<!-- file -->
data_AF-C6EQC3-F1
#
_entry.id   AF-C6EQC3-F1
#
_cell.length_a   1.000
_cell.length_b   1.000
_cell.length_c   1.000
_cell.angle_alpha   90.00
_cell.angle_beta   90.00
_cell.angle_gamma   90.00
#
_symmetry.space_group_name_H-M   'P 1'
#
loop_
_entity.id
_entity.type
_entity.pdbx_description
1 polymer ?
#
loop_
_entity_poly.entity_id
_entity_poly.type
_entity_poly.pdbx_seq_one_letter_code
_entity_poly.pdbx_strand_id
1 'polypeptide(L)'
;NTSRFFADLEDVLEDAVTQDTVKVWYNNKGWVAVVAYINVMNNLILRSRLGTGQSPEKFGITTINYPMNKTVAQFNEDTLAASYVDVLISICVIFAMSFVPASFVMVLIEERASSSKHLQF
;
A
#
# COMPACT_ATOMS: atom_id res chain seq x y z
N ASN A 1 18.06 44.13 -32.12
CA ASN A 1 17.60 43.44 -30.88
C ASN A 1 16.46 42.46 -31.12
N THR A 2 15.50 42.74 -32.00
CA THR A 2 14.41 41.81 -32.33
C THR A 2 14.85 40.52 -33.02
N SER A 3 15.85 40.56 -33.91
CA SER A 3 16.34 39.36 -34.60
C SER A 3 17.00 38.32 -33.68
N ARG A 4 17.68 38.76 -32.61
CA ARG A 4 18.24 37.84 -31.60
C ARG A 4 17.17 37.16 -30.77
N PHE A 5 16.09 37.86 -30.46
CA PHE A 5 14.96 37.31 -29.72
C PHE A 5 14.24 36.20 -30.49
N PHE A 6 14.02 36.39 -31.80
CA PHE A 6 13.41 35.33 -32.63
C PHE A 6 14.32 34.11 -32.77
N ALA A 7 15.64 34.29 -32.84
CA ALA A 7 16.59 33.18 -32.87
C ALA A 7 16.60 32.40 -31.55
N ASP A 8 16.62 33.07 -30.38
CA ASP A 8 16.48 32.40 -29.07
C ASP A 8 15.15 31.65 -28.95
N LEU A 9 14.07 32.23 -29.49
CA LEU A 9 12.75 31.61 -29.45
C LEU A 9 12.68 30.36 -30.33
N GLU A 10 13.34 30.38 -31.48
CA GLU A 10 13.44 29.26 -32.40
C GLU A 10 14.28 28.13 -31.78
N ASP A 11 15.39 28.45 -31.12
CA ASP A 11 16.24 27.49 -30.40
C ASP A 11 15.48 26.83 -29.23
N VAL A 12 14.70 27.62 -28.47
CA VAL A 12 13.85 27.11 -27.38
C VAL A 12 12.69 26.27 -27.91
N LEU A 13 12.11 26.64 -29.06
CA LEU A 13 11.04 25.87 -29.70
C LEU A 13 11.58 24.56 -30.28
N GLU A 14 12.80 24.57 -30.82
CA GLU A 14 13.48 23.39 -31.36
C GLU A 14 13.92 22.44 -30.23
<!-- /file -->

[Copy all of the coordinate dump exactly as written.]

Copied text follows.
data_AF-C6EQC3-F1
#
_entry.id   AF-C6EQC3-F1
#
_cell.length_a   1.000
_cell.length_b   1.000
_cell.length_c   1.000
_cell.angle_alpha   90.00
_cell.angle_beta   90.00
_cell.angle_gamma   90.00
#
_symmetry.space_group_name_H-M   'P 1'
#
loop_
_entity.id
_entity.type
_entity.pdbx_description
1 polymer ?
#
loop_
_entity_poly.entity_id
_entity_poly.type
_entity_poly.pdbx_seq_one_letter_code
_entity_poly.pdbx_strand_id
1 'polypeptide(L)'
;NTSRFFADLEDVLEDAVTQDTVKVWYNNKGWVAVVAYINVMNNLILRSRLGTGQSPEKFGITTINYPMNKTVAQFNEDTLAASYVDVLISICVIFAMSFVPASFVMVLIEERASSSKHLQF
;
A
#
# COMPACT_ATOMS: atom_id res chain seq x y z
N ASN A 1 18.06 44.13 -32.12
CA ASN A 1 17.60 43.44 -30.88
C ASN A 1 16.46 42.46 -31.12
N THR A 2 15.50 42.74 -32.00
CA THR A 2 14.41 41.81 -32.33
C THR A 2 14.85 40.52 -33.02
N SER A 3 15.85 40.56 -33.91
CA SER A 3 16.34 39.36 -34.60
C SER A 3 17.00 38.32 -33.68
N ARG A 4 17.68 38.76 -32.61
CA ARG A 4 18.24 37.84 -31.60
C ARG A 4 17.17 37.16 -30.77
N PHE A 5 16.09 37.86 -30.46
CA PHE A 5 14.96 37.31 -29.72
C PHE A 5 14.24 36.20 -30.49
N PHE A 6 14.02 36.39 -31.80
CA PHE A 6 13.41 35.33 -32.63
C PHE A 6 14.32 34.11 -32.77
N ALA A 7 15.64 34.29 -32.84
CA ALA A 7 16.59 33.18 -32.87
C ALA A 7 16.60 32.40 -31.55
N ASP A 8 16.62 33.07 -30.38
CA ASP A 8 16.48 32.40 -29.07
C ASP A 8 15.15 31.65 -28.95
N LEU A 9 14.07 32.23 -29.49
CA LEU A 9 12.75 31.61 -29.45
C LEU A 9 12.68 30.36 -30.33
N GLU A 10 13.34 30.38 -31.48
CA GLU A 10 13.44 29.26 -32.40
C GLU A 10 14.28 28.13 -31.78
N ASP A 11 15.39 28.45 -31.12
CA ASP A 11 16.24 27.49 -30.40
C ASP A 11 15.48 26.83 -29.23
N VAL A 12 14.70 27.62 -28.47
CA VAL A 12 13.85 27.11 -27.38
C VAL A 12 12.69 26.27 -27.91
N LEU A 13 12.11 26.64 -29.06
CA LEU A 13 11.04 25.87 -29.70
C LEU A 13 11.58 24.56 -30.28
N GLU A 14 12.80 24.57 -30.82
CA GLU A 14 13.48 23.39 -31.36
C GLU A 14 13.92 22.44 -30.23